Issuu on Google+

INSTITUTE FOR LANGUAGES AND COMMUNICATION Statement of English Proficiency

“Outstanding leaders... ...are outstanding communicators.” —ILC Director Lester Finch

Universitas Siswa Bangsa Internasional 24 Juli 2012 Siswa Bangsa International University July 24 2012


INSTITUTE FOR LANGUAGE AND COMMUNICATION (ILC) STATEMENT OF ENGLISH PROFICIENCY At ILC, we prepare Universitas Siswa Bangsa Internasional (USBI) students with meaningful English communication skills benchmarked against international standards. With our diverse and creative Indonesian and foreign staff, and carefully crafted student-centered curriculum, we encourage students to honor their mother tongues and cultures while diving into rigorous academic English immersion and critical thinking.

International-Standard English Proficiency For USBI admission, students are expected to score at least 55 on the Oxford Online Placement Test (equivalent of IELTS 5, see chart below). Students are then only recommended for study abroad degree programs if they have a demonstrated English Proficiency of IELTS 6.5 or the equivalent by their fourth semester. In addition to learning completely in English during all of their departmental courses, students also take four semesters of English for Academic Purposes with ILC lecturers.

English Immersion Environment

Common European Framework (CEFR) benchmarked exams

Native English speaking instructors

CEFR

Vantage (a)

Vantage (b)

Vantage (c)

Effective Operational Proficiency (a)

EOP (b)

IELTS

5.5

6

6.5

7

7.5

TOEFL IBT

87-94

95-102

103-109

110-113

114-117

OOPT

60

70

80

81

90

PTE

51-59

60-67

68-75

76-78

79-81

Table compiled from official publications of IELTS, TOEFL, OOPT and PTE. See Appendix A for full chart and citation.

Progressive Curriculum At ILC, we want our students to get their message across, no matter the context. Even a student with a 7 on her IELTS will need to write confidently about her academic aspirations, just as a 4.0 GPA is no substitute for candid testimony in a job or fellowship interview. Our curriculum reflects the reality of postgraduate experience, which is that students will need to produce and interact with English language in many different formats, both professional and academic. The full ILC English curriculum has been carefully crafted to ensure students’ competency in: academic reading, essay writing and citation; presentation skills; professional English-language-conventions communication; critical thinking and peer review (see Appendix B for more complete curriculum information). Students spend four full semesters with our English teaching staff who facilitate learning through student-led class activities, one-on-one tutoring, and internet forums and discussions. This dynamic approach to teaching allows for more teacher-student feedback inside and outside of the classroom.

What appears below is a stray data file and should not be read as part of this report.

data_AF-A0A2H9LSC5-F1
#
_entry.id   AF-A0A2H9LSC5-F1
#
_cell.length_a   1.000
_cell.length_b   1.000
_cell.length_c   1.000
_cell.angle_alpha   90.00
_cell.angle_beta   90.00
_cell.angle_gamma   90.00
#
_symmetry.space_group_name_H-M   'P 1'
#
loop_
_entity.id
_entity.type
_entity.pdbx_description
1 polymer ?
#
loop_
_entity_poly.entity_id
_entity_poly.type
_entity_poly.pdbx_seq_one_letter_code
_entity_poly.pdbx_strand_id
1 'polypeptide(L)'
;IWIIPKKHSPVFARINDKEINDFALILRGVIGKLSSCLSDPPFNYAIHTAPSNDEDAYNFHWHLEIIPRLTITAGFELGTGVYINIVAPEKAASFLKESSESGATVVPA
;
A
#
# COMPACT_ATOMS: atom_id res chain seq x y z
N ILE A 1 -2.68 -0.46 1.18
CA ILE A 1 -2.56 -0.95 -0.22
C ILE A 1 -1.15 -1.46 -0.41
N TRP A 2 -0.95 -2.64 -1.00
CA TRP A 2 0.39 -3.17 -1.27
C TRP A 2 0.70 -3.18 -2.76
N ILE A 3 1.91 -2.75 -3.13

Staff Excellency and Diversity Lecturers Ailyandria Praditya, C. I Wayan Eka Budiartha, and Anddy Steven worked as a team at the Sampoerna School of Business (SSB) before the integration of SSB into USBI. They provide leadership for our team of Instructors and Tutors at ILC with a wealth of experience in Indonesian higher education, diverse independent research objectives, and obvious commitment to empowering students in communication, both inside the classroom and in their daily lives. C. I Wayan Eka Budiartha (MA in Linguistic Science, Nanzan University, Japan) sees language learning as “not merely for school but for life, or in Latin: Non Scholae, Sed Vitae Discimus. Students should not gain knowledge and skills to please a teacher, but because of the Clockwise from upper left: Anddy, Aily, Eka, Ardi benefits they will gain in their everyday lives.” His philosophy is informed by years of teaching in Indonesia and Japan, and research on linguistics. His current research explores the “transformative learning process”, or how students use prior understanding to guide them through contact with new information and development of communicative abilities. Ailyxandria Praditya (MBA School of Business and Management Bandung) studied Architecture and Business while beginning a career of English interpreting, translating and teaching. She has worked for the International Monetary Fund, and the Indonesian Broadcasting Commission. On active language learning, Ailyxandria believes in “...involvement. If you’re not involved, you may forget and eventually you won’t learn. Learn from others and allow others to learn from you; even your mistakes can be a path to success.” Anddy Steven (MEd. Pelita Harapan University, in progress) has studied, written about, and taught English literature and language for over a decade at SSB, Bina Nusantara University and Gandi National School Ancol. His strong background in public speech has brought him success in years of national debate, newscasting, and English competitions as a participant and a coach. Anddy compares learning language to his love for mountain climbing, which “demands strength, but once at the peak you will forget the difficulties faced in the climb. Language learning also demands strength, but the ability to communicate one’s ideas in a non-native language is truly satisfying. The ‘summit’ is worth the struggle.” Lecturer Ardi Priyatno (MA in Applied English Linguistics, Atma Jaya Catholic University) has recently translated three books publication by Gramedia and in 2010, published the article, Promoting Students’ Motivation in Indonesian EFL Classroom: What Can a Teacher Do? His research in student motivation has helped Ardi create lessons that target students’ areas of interest so that they will want to engage with English language even outside of the classroom. Ardi looks reflectively on each day in the classroom as “...a lifelong lesson. The more I teach, the more I learn.” Instructor Brittany Jordan (BMus Oberlin Conservatory, BA Oberlin College) first came to Indonesia in 2009 on an Oberlin Shansi teaching fellowship. She taught English language, American cultural studies, and graduate academic writing for two years at Universitas Gadjah Mada, using her teaching and conservatory background to inform her classroom. “Violinists don’t ‘cram’, we practice for hours every day and play for our friends and colleagues to get feedback. Language learning can also be constant and community-oriented.”